• verbose - set to true to get verbose output from linear solvers and element assembly handler.
  • linsolver_restart - the number of Krylov vectors kept in GMRES before a restart (affects memory usage). Only relevant with an asymmetric preconditioner. Defaults to 1000.
  • cells(x|y|z) - the number of cells of the grid if gridfilename=uniform. Defaults to 3.
  • lambda(x|y) - order of lagrangian multipliers in first/second direction. Defaults to 2.
  • linsolver_coarsen - problem size when coarsening in AMG stops. Defaults to 5000.
  • linsolver_presteps - the number of pre smoothing sweeps in the AMG. Defaults to 2.
  • linsolver_poststeps - the number of post smoothing sweeps in the AMG. Defaults to 2, will be the same as the presteps if a symmetric preconditioner is utilized.
  • linsolver_symmetric - Set to true to use a symmetric preconditioner (and Krylov solver). Defaults to 'true'.
  • linsolver_uzawa - Use an Uzawa approach (block Gaussian elimination). Useful for debugging purposes. Defaults to 'false'
  • linsolver_zcells - The aggregate size in the z direction used in the AMG. Defaults to 2.
  • mortar_precond - the type of preconditioner to use for the multiplier block. Can be 'schuramg' or 'schurdiag'. Defaults to 'schuramg'.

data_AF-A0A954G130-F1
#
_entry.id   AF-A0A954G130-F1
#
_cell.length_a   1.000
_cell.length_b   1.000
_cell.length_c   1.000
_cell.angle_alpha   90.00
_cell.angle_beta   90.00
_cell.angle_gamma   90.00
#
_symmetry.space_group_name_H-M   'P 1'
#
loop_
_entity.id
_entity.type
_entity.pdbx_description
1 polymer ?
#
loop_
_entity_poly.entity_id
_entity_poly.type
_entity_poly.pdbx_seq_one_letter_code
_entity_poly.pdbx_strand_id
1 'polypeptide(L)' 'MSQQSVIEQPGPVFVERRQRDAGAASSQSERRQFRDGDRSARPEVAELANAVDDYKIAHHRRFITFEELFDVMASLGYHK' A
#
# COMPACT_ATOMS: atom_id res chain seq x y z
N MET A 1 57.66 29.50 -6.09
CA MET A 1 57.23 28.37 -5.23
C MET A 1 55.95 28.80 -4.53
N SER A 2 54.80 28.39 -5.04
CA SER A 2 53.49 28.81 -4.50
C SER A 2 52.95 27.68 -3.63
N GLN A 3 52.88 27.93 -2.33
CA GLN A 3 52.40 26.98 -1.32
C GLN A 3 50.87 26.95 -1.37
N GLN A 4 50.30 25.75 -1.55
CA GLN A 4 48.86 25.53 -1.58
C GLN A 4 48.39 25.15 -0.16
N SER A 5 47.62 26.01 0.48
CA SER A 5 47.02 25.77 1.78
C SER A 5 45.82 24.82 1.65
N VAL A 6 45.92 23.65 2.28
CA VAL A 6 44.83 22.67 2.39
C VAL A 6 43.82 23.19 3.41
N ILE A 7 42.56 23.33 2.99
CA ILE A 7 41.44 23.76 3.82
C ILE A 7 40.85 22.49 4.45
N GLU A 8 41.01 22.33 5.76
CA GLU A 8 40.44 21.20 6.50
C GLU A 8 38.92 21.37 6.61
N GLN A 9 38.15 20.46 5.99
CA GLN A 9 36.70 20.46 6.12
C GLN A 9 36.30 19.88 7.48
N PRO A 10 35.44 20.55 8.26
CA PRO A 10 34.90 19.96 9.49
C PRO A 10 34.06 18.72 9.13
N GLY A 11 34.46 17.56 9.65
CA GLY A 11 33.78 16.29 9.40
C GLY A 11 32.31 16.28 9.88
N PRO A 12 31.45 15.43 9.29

The rock_list contains contains the number of rock types and a file per rock type which specifyi elastic properties per rock type.

Example rock_list:


The number of rock types (3 in the above example) must correspond to the maximum SATNUM number in the grdecl-file

The files rock1.txt, rock2.txt, ... can have different formats depending on the anisotropy of the rock; isotropic, transverse isotropic or anisotropic

Isotropic rocks

For isotropic materials, the format has four lines;

modulus1 modulus2

where modulispecification can be either "vpvs" (p-wave velocity and s-wave velocity), "km" (bulk and shear modulus), "lm" (lame's lambda and shear modulus) or "en" (youngs modulus and poissons ratio).

Example rock file for isotropic rocks

8 2

for a material with bulk modulus 8 GPa, shear modulus 2 GPa and density 3 kg/m3

Transverse isotropic rocks